“When you bring gifts home to your humans, you will make them overjoyed at your hunting and catching abilities.  And all humans love to eat little brown mice and big brown rats and all sorts of colourful birds,” the Siamese smiled and twitched her whiskers as she continued.  “Your humans will jump and squeal in delight at your gift.  And when they jump and squeal, you will know they are happy.”

 

The young cats twitched their whiskers to emulate their teacher’s joy as she obviously remembered delighting her own humans in such a manner.

 

“Children!” the teacher spoke sharply, causing the young cats to sit quietly again.  “You need to remember one thing about your gifts for your humans,” she paused again, waiting until she had the attention of the entire class.  “The larger and more blooded the gift, the louder your human squeals.  And the louder your human squeals, the happier they are with their gift.”

 

The Siamese twitched her whiskers again more, and then stood before saying her final words to her students. “Now, children, I will see you all next week.  Please be prepared to give a report on the differences between brown and white mice.  But for now, your class is dismissed!”  The young cats meowed excitedly, as school was out for another day. 

 

Huey grinned as he looked over at two kittens that were batting a yellow weed that was growing through a crack between the wall and the cement floor of the garden shed.   “I remember the last time I took home a mouse for my human.  The mouse was still alive when I took it into the house and as soon as I let it go, the little brown thing started running around in circles,” Huey laughed as he remembered his human’s reaction.  “My human had so much fun.  She was jumping from the chair to the table and back again.  And screaming…you have never heard anything like it!”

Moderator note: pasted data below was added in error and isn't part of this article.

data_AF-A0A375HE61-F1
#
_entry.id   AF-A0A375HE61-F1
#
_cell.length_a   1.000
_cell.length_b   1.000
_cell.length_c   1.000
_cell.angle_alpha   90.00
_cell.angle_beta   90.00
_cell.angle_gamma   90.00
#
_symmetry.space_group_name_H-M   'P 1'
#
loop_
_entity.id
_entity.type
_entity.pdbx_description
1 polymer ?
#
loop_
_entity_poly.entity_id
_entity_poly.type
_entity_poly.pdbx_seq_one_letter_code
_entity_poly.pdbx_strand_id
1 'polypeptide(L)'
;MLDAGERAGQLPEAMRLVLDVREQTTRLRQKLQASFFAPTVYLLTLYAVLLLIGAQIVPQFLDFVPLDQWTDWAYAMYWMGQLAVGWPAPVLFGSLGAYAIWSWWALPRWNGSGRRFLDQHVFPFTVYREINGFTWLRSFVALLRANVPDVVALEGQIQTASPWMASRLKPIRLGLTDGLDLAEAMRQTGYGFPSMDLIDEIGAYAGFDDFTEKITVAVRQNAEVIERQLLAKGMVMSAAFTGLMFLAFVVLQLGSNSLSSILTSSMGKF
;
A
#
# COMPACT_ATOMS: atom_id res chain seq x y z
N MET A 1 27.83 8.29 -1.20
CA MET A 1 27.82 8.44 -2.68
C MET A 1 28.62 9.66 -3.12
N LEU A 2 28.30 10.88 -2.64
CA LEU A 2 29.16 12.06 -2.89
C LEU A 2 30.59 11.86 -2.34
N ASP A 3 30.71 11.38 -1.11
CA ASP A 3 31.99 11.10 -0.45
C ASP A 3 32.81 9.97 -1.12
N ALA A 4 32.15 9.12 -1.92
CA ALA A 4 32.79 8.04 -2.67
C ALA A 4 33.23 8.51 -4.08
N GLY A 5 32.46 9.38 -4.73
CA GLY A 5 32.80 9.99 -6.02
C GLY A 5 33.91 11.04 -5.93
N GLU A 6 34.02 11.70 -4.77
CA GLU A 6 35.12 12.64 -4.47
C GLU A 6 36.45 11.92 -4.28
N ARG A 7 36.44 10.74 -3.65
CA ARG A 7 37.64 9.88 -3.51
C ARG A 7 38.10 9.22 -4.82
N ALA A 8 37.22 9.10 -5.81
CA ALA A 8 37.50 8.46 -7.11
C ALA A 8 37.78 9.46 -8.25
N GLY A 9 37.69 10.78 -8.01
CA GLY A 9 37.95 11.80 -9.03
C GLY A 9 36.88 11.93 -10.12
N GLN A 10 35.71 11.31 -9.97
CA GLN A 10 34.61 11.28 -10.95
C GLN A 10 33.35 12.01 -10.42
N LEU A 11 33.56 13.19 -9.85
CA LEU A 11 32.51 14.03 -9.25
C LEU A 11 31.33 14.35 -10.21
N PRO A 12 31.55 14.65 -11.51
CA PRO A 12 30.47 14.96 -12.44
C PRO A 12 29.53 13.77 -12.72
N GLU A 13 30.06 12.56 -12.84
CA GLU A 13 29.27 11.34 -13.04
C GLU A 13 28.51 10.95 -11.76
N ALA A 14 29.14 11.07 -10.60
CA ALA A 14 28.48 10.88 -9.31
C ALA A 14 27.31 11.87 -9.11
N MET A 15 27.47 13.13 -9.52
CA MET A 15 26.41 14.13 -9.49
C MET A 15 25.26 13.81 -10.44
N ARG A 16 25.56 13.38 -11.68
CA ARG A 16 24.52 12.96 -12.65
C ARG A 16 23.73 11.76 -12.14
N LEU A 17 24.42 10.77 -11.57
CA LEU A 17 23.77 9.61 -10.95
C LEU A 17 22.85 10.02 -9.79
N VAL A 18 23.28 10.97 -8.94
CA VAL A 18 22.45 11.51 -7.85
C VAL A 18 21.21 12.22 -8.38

“Your human liked the mouse then?”  Mister Tibbs asked the question, although he already knew what the answer was going to be.

 

“She had such a good time.”  But then he frowned.  “But later on, when I sat on her lap for warm her up, her breath didn’t smell like mouse.  It smelt like peanut butter.”

 

“Humans are strange creatures,” Mister Tibbs pointed out to Huey.  “They put the most revolting things together when they eat them.   Maybe she made a sandwich with your mouse and peanut butter,” he suggested, turning his lip at the thought of ruining the taste of a perfectly good mouse with something so unpalatable.  The grey cat was about to make another comment when all of a sudden, a human voice rang out throughout the alley way.

 

“Here puss puss puss,” the human called loudly.  “Tibbsie…where are you?”

 

“Tibbsie?” Huey grinned at Mister Tibbs.

 

The grey cat closed his eyes and waited for the inevitable teasing.

 

“Can I call you Tibbsie, Mr Tibbs?” Huey asked genuinely.

 

The grey opened his eyes at his new friend.  “Yes Huey.  You can call me Tibbsie, Mr Tibbs, if you wish.”

 

Huey burst out in laughter at the joke. “Tibbsie, Mister Tibbs…we are gonna be bestest friends forever,” he smiled.

 

“Yes I believe we are,” Mister Tibbs agreed and then turned, with his tail in the air, and started to bound away.  Without warning he turned back again and rushed up to Huey and bumped his forehead.   “See you tomorrow,” he said before turning back again and running home for dinner.  Mister Tibbs had never had a best friend before and he knew that from that moment on, he and Huey would truly be bestest friends forever.

 


 

I hope you enjoyed this story.

Feel free to leave a comment in my forum.

 

Back to My Stories Page

The Authors Haunt Author Directory

The Authors Haunt Library

The Authors Haunt Home

 

 

Stories, Poetry & Content © 2010 Bev

 

Site Layout and Graphics © 2010 Rob Hawes